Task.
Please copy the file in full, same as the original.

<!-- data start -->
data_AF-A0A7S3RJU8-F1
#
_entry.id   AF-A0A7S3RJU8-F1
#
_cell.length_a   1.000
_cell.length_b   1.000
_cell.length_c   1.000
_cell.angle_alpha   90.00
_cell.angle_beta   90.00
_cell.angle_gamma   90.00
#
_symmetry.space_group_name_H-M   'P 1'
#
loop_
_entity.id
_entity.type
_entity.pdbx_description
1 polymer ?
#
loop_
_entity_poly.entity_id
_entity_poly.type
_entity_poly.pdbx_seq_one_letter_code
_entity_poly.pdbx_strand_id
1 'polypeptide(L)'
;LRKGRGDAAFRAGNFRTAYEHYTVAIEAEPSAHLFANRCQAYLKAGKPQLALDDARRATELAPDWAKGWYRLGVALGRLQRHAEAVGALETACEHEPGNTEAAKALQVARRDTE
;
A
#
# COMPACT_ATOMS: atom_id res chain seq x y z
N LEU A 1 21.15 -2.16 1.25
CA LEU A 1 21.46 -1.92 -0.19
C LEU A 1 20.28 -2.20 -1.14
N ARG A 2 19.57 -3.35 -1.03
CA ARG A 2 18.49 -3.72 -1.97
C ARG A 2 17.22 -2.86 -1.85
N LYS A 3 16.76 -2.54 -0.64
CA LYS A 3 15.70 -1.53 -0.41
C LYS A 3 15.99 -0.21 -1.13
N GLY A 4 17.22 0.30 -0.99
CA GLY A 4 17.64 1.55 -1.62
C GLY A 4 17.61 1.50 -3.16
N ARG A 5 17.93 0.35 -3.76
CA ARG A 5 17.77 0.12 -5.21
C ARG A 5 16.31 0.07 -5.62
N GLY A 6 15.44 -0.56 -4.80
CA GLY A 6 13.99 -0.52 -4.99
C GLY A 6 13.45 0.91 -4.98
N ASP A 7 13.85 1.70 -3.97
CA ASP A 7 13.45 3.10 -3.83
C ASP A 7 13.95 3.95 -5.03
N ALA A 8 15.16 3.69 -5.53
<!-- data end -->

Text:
data_AF-A0A7S3RJU8-F1
#
_entry.id   AF-A0A7S3RJU8-F1
#
_cell.length_a   1.000
_cell.length_b   1.000
_cell.length_c   1.000
_cell.angle_alpha   90.00
_cell.angle_beta   90.00
_cell.angle_gamma   90.00
#
_symmetry.space_group_name_H-M   'P 1'
#
loop_
_entity.id
_entity.type
_entity.pdbx_description
1 polymer ?
#
loop_
_entity_poly.entity_id
_entity_poly.type
_entity_poly.pdbx_seq_one_letter_code
_entity_poly.pdbx_strand_id
1 'polypeptide(L)'
;LRKGRGDAAFRAGNFRTAYEHYTVAIEAEPSAHLFANRCQAYLKAGKPQLALDDARRATELAPDWAKGWYRLGVALGRLQRHAEAVGALETACEHEPGNTEAAKALQVARRDTE
;
A
#
# COMPACT_ATOMS: atom_id res chain seq x y z
N LEU A 1 21.15 -2.16 1.25
CA LEU A 1 21.46 -1.92 -0.19
C LEU A 1 20.28 -2.20 -1.14
N ARG A 2 19.57 -3.35 -1.03
CA ARG A 2 18.49 -3.72 -1.97
C ARG A 2 17.22 -2.86 -1.85
N LYS A 3 16.76 -2.54 -0.64
CA LYS A 3 15.70 -1.53 -0.41
C LYS A 3 15.99 -0.21 -1.13
N GLY A 4 17.22 0.30 -0.99
CA GLY A 4 17.64 1.55 -1.62
C GLY A 4 17.61 1.50 -3.16
N ARG A 5 17.93 0.35 -3.76
CA ARG A 5 17.77 0.12 -5.21
C ARG A 5 16.31 0.07 -5.62
N GLY A 6 15.44 -0.56 -4.80
CA GLY A 6 13.99 -0.52 -4.99
C GLY A 6 13.45 0.91 -4.98
N ASP A 7 13.85 1.70 -3.97
CA ASP A 7 13.45 3.10 -3.83
C ASP A 7 13.95 3.95 -5.03
N ALA A 8 15.16 3.69 -5.53